Many growers currently are contemplating the use of a fungicide to control scab and leaf spot diseases in wheat. General guidelines include high yield potential (40 bushels/acre or greater), leaf spot disease present in crop, and favorable weather conditions (immediate past, currently, and forecasted in the near future) for disease infection and development. An aid in forecasting favorable conditions for leaf spot disease (tan spot, septoria, and leaf rust) and scab infection is available from NDSU at the following website:


As an example, at Carrington during June 18-29, 10 of 12 days had favorable conditions for tan spot infection in wheat. Unfortunately, the Carrington site does not include scab infection forecasts so other sites will need to be checked for a forecast for this disease.




Rainfall following a fungicide application in wheat or barley is certainly likely given our recent wet cycle. Protectant fungicides (e.g. mancozeb) are readily washed off the treated crop if a substantial rain occurs within 8 hours of application. Retreating the field may be required for maximum protection.


Eighty percent of locally-systemic fungicides (e.g. Folicur, Tilt, and Benlate) are absorbed by the plant within the first hour after application. The remaining fungicide is absorbed in time and the optimum rainfastness is reached at 4 hours after application. Retreating the field is not needed if it rains 1.5 to 2 hours after applying these fungicides.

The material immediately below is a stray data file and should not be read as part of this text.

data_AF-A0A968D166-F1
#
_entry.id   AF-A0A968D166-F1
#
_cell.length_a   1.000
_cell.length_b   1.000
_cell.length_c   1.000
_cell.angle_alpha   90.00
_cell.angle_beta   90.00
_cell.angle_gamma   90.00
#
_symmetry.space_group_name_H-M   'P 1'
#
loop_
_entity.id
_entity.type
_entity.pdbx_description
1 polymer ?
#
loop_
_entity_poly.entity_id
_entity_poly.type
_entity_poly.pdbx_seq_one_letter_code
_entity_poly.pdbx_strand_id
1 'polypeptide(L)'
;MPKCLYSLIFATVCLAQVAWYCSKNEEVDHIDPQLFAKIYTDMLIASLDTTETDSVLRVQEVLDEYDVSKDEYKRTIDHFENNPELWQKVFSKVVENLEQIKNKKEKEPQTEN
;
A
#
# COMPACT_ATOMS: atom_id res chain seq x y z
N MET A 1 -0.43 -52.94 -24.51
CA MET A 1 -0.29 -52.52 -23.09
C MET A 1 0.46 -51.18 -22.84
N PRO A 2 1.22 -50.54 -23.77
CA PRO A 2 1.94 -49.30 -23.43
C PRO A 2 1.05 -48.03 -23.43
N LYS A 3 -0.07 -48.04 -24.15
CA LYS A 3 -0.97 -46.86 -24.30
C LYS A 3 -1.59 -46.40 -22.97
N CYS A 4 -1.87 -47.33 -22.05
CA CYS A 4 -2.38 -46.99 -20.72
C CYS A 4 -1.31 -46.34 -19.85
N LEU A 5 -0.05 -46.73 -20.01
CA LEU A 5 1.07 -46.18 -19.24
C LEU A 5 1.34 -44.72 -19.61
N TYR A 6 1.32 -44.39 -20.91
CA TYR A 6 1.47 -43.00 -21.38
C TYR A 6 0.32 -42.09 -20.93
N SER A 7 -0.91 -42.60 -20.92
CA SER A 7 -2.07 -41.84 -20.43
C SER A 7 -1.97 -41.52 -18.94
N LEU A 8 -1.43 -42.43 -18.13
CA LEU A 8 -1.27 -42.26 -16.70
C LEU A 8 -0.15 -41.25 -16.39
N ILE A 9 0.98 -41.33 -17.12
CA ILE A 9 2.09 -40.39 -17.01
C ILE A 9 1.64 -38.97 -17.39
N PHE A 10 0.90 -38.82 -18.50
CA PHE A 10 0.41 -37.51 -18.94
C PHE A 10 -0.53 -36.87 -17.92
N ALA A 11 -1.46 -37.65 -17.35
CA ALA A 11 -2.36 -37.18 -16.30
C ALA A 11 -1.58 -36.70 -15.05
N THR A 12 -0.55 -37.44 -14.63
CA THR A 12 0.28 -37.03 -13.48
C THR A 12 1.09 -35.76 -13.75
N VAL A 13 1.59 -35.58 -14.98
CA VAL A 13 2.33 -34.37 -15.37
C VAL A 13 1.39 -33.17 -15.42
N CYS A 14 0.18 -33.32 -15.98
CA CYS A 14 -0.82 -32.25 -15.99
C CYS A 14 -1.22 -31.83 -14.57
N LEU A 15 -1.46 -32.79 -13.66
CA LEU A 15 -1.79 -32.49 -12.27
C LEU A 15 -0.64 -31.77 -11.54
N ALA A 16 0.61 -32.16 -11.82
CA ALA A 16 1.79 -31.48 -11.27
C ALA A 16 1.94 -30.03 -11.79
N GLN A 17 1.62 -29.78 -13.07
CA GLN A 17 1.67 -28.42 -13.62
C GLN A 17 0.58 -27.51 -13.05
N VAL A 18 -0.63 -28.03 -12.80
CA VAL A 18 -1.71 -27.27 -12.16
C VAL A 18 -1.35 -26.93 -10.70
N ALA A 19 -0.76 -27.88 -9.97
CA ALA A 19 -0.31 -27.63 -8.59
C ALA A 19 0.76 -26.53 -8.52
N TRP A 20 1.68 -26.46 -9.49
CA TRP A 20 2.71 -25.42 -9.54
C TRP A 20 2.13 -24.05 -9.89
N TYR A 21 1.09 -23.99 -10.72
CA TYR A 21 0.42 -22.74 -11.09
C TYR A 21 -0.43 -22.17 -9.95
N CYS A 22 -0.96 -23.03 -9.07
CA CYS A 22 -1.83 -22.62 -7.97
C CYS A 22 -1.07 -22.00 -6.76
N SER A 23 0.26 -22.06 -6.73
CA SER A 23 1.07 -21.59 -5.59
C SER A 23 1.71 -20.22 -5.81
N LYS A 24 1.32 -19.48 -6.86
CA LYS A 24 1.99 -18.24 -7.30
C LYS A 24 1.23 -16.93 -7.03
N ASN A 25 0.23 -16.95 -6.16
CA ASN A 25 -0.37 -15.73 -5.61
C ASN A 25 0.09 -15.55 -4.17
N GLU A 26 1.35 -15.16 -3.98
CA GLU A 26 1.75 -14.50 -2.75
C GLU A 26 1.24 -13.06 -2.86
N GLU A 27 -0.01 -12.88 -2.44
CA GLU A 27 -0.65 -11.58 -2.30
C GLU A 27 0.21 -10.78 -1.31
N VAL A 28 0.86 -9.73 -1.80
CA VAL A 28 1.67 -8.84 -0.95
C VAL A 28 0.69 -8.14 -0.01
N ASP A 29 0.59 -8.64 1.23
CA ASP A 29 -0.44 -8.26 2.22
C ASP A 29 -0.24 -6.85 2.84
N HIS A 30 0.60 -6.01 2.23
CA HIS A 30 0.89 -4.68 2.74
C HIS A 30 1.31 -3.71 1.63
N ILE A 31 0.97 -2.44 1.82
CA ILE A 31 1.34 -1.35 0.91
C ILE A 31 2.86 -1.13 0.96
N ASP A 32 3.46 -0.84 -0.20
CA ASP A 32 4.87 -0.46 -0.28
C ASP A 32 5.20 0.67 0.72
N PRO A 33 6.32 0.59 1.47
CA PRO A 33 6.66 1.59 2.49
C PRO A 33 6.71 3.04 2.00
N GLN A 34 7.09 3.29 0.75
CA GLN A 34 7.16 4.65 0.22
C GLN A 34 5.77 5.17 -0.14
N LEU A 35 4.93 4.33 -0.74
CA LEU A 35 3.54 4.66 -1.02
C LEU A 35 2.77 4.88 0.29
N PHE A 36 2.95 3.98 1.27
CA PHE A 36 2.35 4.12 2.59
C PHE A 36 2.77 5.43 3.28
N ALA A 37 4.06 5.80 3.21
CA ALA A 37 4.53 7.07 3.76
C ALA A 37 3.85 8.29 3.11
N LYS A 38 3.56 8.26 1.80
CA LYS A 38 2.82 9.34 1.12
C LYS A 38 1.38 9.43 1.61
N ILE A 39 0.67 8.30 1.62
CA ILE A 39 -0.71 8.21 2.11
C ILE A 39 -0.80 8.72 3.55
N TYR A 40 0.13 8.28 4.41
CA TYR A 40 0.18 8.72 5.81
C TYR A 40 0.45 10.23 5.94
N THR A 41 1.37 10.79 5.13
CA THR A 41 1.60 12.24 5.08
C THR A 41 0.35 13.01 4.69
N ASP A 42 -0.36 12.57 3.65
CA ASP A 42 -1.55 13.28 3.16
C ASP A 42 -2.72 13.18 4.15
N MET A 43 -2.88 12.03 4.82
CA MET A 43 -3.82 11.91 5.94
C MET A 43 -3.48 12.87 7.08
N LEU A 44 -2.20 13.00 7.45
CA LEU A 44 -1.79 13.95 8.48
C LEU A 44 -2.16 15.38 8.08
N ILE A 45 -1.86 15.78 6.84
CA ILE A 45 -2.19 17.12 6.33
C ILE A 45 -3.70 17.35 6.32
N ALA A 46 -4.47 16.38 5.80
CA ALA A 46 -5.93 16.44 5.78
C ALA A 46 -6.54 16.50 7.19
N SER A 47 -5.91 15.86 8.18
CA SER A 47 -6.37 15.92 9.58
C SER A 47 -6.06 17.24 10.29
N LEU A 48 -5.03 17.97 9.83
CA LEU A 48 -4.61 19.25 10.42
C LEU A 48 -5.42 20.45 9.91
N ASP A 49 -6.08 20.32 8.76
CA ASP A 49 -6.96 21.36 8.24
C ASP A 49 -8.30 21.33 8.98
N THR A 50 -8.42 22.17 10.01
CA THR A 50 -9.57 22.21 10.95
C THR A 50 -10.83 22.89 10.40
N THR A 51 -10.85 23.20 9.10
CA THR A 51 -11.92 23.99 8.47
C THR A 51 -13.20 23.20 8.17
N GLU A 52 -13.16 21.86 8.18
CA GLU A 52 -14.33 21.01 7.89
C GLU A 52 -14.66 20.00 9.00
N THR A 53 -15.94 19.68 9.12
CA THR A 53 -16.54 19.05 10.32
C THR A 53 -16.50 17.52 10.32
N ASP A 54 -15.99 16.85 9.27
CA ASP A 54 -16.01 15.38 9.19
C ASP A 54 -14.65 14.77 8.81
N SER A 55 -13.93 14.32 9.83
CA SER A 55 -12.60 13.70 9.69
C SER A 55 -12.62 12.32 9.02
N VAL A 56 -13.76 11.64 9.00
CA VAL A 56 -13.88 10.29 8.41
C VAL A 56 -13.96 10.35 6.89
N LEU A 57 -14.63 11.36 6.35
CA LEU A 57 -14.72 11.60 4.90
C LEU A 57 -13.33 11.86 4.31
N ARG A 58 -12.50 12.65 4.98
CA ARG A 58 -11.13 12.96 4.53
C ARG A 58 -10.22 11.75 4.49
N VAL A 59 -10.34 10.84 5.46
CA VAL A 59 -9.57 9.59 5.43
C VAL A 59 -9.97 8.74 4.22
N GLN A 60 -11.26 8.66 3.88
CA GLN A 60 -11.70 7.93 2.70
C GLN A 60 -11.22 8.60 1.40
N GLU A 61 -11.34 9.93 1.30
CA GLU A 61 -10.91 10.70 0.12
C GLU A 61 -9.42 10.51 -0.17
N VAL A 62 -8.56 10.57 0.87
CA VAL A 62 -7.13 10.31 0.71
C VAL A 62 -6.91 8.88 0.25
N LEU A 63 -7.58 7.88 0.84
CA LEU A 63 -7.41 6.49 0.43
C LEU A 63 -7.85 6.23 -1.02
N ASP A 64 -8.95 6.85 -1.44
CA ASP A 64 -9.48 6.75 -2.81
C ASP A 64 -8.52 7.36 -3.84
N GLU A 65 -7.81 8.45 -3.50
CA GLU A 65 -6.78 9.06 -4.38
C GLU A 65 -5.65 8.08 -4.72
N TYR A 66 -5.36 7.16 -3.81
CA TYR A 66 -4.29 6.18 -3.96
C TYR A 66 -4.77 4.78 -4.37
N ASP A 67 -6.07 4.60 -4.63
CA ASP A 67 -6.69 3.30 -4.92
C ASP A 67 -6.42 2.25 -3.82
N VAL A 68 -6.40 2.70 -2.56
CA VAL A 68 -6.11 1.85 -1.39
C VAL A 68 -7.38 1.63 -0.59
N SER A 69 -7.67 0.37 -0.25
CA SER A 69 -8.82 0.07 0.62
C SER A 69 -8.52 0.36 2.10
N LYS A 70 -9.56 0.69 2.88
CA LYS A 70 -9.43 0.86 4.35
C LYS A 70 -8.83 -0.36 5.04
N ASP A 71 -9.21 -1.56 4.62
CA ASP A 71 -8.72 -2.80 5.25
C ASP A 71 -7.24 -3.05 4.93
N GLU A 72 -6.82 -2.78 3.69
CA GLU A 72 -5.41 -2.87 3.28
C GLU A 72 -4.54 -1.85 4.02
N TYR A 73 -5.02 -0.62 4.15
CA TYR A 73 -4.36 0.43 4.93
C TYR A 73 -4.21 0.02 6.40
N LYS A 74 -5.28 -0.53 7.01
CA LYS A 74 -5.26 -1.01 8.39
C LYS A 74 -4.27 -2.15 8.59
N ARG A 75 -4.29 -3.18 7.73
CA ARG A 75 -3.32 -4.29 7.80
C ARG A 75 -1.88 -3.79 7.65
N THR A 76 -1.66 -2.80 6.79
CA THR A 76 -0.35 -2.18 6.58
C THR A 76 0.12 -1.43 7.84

Orange wheat blossom midge are being found in our area, but currently at very levels. Adult female midge emergence begins at about 1300 degree day (DD) units at a base temperature of 40 F. The following is a listing DD units accumulated on June 29, based on the ND Ag Weather Network, for selected south-central ND locations: Oakes = 1549; McLeod = 1512; Linton = 1422; Edgeley = 1365; Carrington, Dazey, Jamestown, McHenry, Robinson, and Streeter = 1304-1331; and Harvey = 1244.

Scout wheat fields for the presence of wheat midge from head emergence until 80 percent of the heads have anthers visible (flowering). Field scouting must be in the evening from 9 p.m. until midnight. Wind speeds should be below 6 miles per hour and temperatures above 59 F. Visit three or four different sites in the field. At each location, count the number of midge on several sets of wheat heads (4 to 5 heads per set). Record and calculate your average for the field.

If monitoring shows that the action threshold of an average of 1 adult midge per 4 to 5 heads has been reached, producers should consider the following guidelines for treatment with Lorsban 4E-SG:

*If 30 percent of the wheat is heading, wait up to four days and then apply insecticide.

*If 70 percent of the wheat is in the heading to flowering stage, optimum control should be achieved by treating.

*If 30 to 60 percent of the heads are flowering, and at least one anther is visible, spray immediately, though control is likely to be reduced.

*If 80 percent of the heads are flowering, treatments are not recommended.

Additional details on wheat midge scouting and management may be obtained from NDSU Extension Service offices.